School briefs for Sept. 28
- Rob Cullivan
- Gresham Outlook - Features
Mattress sale to help basketball teams
The boys and girls basketball teams at Centennial High School, 3505 S.E. 182nd Ave., will co-host the second annual mattress sale in the cafeteria from 10 a.m. to 5 p.m. Sunday, Oct. 16.
Several top-of-the-line brands in all sizes will be available, and the prices will be marked down as much as 60 percent.
Students can win year's worth of milk
Oregon students and parents have until Friday, Oct. 14, to create a milk carton design for a chance to win a year's supply of milk.
The Oregon Dairy Council is holding the contest in celebration of World School Milk Day on Wednesday, Sept. 28, when the international community can focus on the importance of drinking milk at school and milk's health benefits for growing children.
To join in the contest, visit the 'School Milk: All Kinds of Good' page on Facebook to enter a creative milk carton design and learn more about the healthy benefits of milk. The design should include something about your local school and also highlight why school milk is 'all kinds of good.'
The winner will receive a year's supply of milk for their family, two gallons of milk weekly at an estimated value of $350. The council will announce the winner Monday, Oct. 18, on the Facebook page.
Rho Theta to host pledge signing event
Students at Mt. Hood Community College, 26000 S.E. Stark St., are signing a mass pledge to complete their degrees and certificates before leaving community college for transfer to a university, or to enter the job market.
Students are gathering from noon to 1 p.m. each day this week through Friday, Sept. 30, in the campus main mall to sign the Completion Pledge, part of a national community college movement. The event is hosted by Rho Theta honor society, the College's Phi Theta Kappa chapter.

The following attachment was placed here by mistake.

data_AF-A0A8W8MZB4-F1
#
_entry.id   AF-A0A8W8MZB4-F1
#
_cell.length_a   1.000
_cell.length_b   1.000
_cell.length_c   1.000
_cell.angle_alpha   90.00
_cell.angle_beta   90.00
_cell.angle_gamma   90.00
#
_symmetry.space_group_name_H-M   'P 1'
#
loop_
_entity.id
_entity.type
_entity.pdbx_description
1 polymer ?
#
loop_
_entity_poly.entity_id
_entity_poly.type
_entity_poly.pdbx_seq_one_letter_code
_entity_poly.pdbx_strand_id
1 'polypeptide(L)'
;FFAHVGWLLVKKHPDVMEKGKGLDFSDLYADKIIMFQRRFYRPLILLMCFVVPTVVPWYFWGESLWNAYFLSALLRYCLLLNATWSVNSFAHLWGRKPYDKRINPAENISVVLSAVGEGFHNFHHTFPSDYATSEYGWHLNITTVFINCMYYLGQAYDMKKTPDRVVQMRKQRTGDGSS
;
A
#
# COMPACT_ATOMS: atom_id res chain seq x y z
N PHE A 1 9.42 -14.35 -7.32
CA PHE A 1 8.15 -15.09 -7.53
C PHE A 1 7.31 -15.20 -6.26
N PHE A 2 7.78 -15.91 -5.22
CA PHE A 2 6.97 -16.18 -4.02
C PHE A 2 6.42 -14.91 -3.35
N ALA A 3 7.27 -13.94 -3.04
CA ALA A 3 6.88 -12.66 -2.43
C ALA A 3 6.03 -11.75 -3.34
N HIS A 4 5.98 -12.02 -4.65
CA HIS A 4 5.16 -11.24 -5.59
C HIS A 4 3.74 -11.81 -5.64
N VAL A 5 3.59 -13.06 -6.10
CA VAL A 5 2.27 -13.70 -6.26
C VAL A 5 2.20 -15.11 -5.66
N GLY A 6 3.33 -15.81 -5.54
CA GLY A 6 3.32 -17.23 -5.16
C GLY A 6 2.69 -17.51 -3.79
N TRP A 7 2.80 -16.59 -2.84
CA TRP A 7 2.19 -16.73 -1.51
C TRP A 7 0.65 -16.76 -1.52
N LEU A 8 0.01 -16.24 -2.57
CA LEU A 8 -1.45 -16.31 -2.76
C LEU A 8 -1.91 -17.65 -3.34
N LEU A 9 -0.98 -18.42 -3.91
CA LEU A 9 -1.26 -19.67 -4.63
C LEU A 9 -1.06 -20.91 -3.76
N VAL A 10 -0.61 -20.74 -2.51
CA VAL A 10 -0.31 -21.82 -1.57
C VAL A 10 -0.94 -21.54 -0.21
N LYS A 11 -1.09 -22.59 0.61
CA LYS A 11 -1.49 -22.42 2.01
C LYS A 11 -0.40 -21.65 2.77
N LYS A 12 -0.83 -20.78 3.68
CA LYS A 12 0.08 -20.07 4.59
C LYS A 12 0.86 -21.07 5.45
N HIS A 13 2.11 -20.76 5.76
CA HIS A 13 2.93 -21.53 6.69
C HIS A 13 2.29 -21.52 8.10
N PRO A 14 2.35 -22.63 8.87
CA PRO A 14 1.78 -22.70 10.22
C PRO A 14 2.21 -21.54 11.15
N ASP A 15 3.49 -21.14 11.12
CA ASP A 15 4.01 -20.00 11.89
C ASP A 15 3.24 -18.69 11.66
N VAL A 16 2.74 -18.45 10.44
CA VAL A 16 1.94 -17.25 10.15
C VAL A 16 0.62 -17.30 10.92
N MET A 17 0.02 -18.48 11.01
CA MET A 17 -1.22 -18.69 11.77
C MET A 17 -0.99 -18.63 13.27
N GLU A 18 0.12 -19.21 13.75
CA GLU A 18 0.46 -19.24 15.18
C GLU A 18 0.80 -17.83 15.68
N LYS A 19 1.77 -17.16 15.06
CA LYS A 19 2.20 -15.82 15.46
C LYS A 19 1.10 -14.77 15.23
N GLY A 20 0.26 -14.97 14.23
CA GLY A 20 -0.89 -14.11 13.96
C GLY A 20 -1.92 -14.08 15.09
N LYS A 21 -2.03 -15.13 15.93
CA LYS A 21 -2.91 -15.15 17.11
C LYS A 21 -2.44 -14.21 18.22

On a related note, Rho Theta will host 'Restart' from 10 a.m. to noon Saturday, Nov. 5, on the Gresham Campus to help students who left college without finishing their degrees to return to school.
People interested in returning to college can meet with representatives from all the college's programs, including the Learning Success Center and the financial aid office.
Volunteers needed to help students read
The OASIS Program is working with the Gresham-Barlow District to match adults with young children struggling to learn to read.
Volunteers are needed to spend one hour each week during a school day, working one-on-one with a child in grades first through fifth to build reading and language skills, self-esteem, and a positive attitude toward learning. Oasis provides training, materials and on-going support free of charge.
Training will take place from 9 a.m. to noon Fridays, Sept. 30 and Oct. 7, at the Gresham-Barlow School District Office, 1331 N.W. Eastman Parkway.
Essay contest to focus on 'Being an American'
High school students and their teachers are invited to participate in the Bill of Rights Institute's 'Being an American' essay contest.
The institute is a nonprofit educational organization in Washington, D.C., which educates young people about the Constitution and founding principles. The History Channel sponsors the 2011-12 contest.
Students are asked to share their thoughts on: 'How does the Constitution establish and maintain a culture of liberty?'
The top three student winners from each of five geographical regions will be awarded $1,000, $500 or $250. Teacher sponsors for each student winner will receive $100.
For more information, including submission criteria, lesson plans and background information on the Constitution, Bill of Rights, founders and the founding principles, visit BillofRightsInstitute.org/Contest.
Last chance to enter math, science contest
The deadline for high school students to enter the 2011-12 Siemens Competition in math, science and technology is 2 p.m. Monday, Oct. 3.
Online registration is available at collegeboard.com/siemens.
Each year, the Siemens Competition provides budding high school scientists with scholarships ranging from $1,000 to $100,000 for original research in team and individual categories. Recent winners' projects have explored emotion recognition software and shed new light on the birth of stars. The competition was established in 1998.
The Siemens Foundation provides more than $7 million annually in support of educational initiatives in science, technology, engineering and mathematics. For more information, visit siemens-foundation.org.